Helen Keller was an insightful woman. Having been the first deaf-blind to earn a Bachelors of Arts Degree, her experiences and struggles made her observations about life so poignant, that they are still quoted and pondered decades after her death. As an example of her uncanny reflections, she says: “When one door of happiness closes, another opens, but often we look so long at the closed door that we do not see the one which has been opened for us.”
And it’s true. In studies of happy people, it is commonly found that they do not subscribe to “if only” fantasies. This means that they don’t find themselves wallowing in the sort of faulty thinking that often sounds something like this: “If only I had a million dollars, I would be happy,” or “if only I lost 30 pounds, I would be happy.” Putting conditions on your happiness can mean that you believe that you are not worthy of being happy – for even when you fulfil those conditions, you still do not measure up. How many have a million dollars and are still unhappy? How many have perfectly svelte bodies, but are still unhappy?
So then, what of those who find themselves unable to get past something that has happened to make them unhappy? What of those who’ve suffered a loss so great that, no matter how much they’d like to, they can’t believe that the day will come when they’ll be happy again? How can they move on and see that the train they’ve been forced on might actually be a better fit for them than the one they were forced to abandon?
Hasna (not her real name) is one of these people. Having been engaged for a long time to a man who was not psychologically or financially ready for marriage but one who she felt obliged to hold false hopes for, she found it difficult to fathom the idea that she might have a different life than the miserable one she believed was her destiny.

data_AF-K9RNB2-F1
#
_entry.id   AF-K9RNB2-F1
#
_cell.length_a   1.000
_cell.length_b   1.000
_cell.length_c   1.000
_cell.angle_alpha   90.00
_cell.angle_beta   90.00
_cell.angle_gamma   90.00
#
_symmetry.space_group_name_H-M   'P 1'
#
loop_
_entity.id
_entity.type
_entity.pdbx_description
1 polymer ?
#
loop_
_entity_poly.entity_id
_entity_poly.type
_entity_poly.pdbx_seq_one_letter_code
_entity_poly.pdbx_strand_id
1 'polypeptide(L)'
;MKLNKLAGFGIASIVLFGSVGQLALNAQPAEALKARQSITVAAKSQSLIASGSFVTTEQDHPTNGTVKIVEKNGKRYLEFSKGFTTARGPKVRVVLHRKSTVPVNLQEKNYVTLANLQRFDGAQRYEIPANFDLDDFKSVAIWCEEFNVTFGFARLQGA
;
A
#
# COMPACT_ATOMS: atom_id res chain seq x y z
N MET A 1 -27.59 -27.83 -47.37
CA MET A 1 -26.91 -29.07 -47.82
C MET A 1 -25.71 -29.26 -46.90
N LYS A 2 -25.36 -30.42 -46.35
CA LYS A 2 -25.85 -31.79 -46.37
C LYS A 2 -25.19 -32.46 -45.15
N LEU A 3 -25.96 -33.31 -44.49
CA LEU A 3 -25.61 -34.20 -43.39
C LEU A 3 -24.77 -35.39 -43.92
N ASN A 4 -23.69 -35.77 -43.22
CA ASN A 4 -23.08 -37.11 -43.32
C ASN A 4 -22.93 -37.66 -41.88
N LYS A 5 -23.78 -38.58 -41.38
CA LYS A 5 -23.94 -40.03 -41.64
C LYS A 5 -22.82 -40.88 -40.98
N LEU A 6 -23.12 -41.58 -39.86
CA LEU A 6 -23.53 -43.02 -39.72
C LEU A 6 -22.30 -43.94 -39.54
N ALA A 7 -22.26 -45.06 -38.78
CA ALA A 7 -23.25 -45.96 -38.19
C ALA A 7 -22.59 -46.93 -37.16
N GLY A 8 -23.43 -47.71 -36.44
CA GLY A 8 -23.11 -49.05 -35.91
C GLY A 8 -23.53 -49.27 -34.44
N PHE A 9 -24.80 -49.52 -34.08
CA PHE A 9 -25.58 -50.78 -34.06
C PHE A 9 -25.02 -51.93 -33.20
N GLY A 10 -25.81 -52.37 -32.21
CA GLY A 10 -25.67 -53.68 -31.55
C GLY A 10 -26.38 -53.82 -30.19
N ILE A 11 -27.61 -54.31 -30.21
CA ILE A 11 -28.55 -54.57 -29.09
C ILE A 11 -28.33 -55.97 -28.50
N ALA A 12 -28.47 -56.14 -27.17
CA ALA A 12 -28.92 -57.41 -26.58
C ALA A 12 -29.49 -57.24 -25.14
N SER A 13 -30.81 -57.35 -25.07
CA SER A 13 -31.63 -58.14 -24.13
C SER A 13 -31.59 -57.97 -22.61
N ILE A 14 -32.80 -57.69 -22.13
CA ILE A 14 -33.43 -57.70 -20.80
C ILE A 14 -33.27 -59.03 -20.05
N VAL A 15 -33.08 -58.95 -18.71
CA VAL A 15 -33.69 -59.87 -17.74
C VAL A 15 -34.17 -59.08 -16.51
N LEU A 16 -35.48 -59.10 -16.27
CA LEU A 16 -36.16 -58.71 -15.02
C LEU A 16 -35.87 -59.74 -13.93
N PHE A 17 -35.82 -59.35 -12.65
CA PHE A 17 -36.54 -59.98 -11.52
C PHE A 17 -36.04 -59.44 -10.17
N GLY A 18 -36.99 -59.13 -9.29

It was a lengthy process, but Hasna had to take back the reins, to take a stand and stand firm in order to change the direction of her life. Sure, she had to make hard decisions, take realistic steps to move on, but it was that first step, the decision to stop staring at the closed door of happiness, that would prove to be the most difficult.
Here are some thoughts that helped Hasna take that first step and that should help others struggling to get past unhappiness do the same:
1. Trust in Allah (SWT)
Trust that Allah knows best and that no matter how bad things get, “verily with hardship comes ease. Verily with hardship comes ease.” (Al Quran, 94:6).
Know that everything shall pass. It’s a real relief to be able to let your mind rest assured that Allah will take care of it – that He will see the situation to its end result without your fretting over it.
2. Set a deadline
Realise that you choose your reactions and that, consequently, feeling happy is within your reach. Realise that if you avert your eyes from the closed door, you can start seeing the open one in its place. We can’t control what situations or tests will come our way, but we can control how we react to them. If we feel like we need a mourning period, so be it, but the act of putting a deadline on it puts us back in control. In Hasna’s case, she had to give her fiancé and his family an ultimatum that had a fair timetable – “If he is still unable to marry by x date, then I’ll have to move on” – gave her a tangible day in which to get past that closed door.